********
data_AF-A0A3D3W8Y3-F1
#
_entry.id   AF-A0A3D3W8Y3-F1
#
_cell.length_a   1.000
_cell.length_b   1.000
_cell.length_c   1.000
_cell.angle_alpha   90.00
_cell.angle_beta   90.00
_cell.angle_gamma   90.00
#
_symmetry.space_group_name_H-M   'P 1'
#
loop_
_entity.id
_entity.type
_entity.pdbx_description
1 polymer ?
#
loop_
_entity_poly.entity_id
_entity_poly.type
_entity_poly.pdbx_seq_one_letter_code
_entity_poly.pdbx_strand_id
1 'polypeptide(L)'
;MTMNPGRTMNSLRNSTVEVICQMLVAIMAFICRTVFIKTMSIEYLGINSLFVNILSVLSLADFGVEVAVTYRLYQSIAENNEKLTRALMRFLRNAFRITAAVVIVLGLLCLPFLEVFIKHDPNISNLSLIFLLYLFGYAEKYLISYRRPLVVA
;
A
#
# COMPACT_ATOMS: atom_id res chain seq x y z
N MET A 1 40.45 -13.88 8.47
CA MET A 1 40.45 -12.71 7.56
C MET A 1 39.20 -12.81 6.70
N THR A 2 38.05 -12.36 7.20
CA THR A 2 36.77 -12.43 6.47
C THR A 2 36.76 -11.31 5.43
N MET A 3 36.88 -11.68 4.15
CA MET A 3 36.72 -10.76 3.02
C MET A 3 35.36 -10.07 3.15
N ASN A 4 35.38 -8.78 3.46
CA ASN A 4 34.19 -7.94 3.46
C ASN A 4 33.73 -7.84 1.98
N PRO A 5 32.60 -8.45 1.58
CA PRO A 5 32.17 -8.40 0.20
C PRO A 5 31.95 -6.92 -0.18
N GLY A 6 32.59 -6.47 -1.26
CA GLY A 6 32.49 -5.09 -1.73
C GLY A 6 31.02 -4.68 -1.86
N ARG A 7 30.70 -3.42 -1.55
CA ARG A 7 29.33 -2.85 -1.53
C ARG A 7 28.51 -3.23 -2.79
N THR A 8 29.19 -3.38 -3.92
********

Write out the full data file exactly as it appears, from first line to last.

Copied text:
data_AF-A0A3D3W8Y3-F1
#
_entry.id   AF-A0A3D3W8Y3-F1
#
_cell.length_a   1.000
_cell.length_b   1.000
_cell.length_c   1.000
_cell.angle_alpha   90.00
_cell.angle_beta   90.00
_cell.angle_gamma   90.00
#
_symmetry.space_group_name_H-M   'P 1'
#
loop_
_entity.id
_entity.type
_entity.pdbx_description
1 polymer ?
#
loop_
_entity_poly.entity_id
_entity_poly.type
_entity_poly.pdbx_seq_one_letter_code
_entity_poly.pdbx_strand_id
1 'polypeptide(L)'
;MTMNPGRTMNSLRNSTVEVICQMLVAIMAFICRTVFIKTMSIEYLGINSLFVNILSVLSLADFGVEVAVTYRLYQSIAENNEKLTRALMRFLRNAFRITAAVVIVLGLLCLPFLEVFIKHDPNISNLSLIFLLYLFGYAEKYLISYRRPLVVA
;
A
#
# COMPACT_ATOMS: atom_id res chain seq x y z
N MET A 1 40.45 -13.88 8.47
CA MET A 1 40.45 -12.71 7.56
C MET A 1 39.20 -12.81 6.70
N THR A 2 38.05 -12.36 7.20
CA THR A 2 36.77 -12.43 6.47
C THR A 2 36.76 -11.31 5.43
N MET A 3 36.88 -11.68 4.15
CA MET A 3 36.72 -10.76 3.02
C MET A 3 35.36 -10.07 3.15
N ASN A 4 35.38 -8.78 3.46
CA ASN A 4 34.19 -7.94 3.46
C ASN A 4 33.73 -7.84 1.98
N PRO A 5 32.60 -8.45 1.58
CA PRO A 5 32.17 -8.40 0.20
C PRO A 5 31.95 -6.92 -0.18
N GLY A 6 32.59 -6.47 -1.26
CA GLY A 6 32.49 -5.09 -1.73
C GLY A 6 31.02 -4.68 -1.86
N ARG A 7 30.70 -3.42 -1.55
CA ARG A 7 29.33 -2.85 -1.53
C ARG A 7 28.51 -3.23 -2.79
N THR A 8 29.19 -3.38 -3.92